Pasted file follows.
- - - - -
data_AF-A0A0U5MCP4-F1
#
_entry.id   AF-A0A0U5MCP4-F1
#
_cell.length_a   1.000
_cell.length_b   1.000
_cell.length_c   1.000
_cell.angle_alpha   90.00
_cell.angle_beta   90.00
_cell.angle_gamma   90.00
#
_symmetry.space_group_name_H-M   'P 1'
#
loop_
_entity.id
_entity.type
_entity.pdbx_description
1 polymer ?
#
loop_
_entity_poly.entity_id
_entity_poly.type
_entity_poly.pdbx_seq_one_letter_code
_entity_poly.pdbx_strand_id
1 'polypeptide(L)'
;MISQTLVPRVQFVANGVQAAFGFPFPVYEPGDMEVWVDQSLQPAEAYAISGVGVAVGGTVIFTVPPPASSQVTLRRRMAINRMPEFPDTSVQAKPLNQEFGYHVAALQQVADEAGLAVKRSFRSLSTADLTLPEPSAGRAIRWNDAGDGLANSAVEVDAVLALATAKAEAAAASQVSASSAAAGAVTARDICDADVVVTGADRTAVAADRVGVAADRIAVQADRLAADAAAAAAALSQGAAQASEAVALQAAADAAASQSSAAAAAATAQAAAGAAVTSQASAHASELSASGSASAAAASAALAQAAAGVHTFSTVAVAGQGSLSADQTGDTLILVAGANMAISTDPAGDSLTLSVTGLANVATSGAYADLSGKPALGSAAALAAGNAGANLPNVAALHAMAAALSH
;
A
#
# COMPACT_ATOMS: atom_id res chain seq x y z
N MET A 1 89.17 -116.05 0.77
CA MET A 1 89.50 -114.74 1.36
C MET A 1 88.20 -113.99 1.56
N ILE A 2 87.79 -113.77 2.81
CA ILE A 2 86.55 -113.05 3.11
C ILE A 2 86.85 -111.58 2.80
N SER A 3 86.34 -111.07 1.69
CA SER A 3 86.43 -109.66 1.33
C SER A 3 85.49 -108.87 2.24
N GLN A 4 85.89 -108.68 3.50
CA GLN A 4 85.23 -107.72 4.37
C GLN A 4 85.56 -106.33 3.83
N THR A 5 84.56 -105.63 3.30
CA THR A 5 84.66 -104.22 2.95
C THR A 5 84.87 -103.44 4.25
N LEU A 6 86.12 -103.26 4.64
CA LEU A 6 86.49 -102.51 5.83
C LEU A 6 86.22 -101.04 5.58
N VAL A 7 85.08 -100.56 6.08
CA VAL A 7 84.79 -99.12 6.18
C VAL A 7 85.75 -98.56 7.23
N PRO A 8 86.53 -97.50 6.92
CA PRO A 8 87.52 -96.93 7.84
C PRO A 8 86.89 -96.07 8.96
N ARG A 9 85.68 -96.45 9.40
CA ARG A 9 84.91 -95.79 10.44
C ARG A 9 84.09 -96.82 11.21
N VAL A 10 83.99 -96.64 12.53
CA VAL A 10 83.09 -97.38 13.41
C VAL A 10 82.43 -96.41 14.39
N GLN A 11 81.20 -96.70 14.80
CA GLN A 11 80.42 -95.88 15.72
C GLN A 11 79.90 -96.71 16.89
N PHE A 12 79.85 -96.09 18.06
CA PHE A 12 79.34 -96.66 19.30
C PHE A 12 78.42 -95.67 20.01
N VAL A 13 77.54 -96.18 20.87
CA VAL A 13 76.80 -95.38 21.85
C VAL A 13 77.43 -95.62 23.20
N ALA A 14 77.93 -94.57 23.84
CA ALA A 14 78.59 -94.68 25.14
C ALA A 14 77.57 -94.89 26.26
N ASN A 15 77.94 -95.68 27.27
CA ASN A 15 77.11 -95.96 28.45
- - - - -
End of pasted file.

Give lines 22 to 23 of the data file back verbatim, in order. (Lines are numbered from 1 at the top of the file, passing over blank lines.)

_entity_poly.type
_entity_poly.pdbx_seq_one_letter_code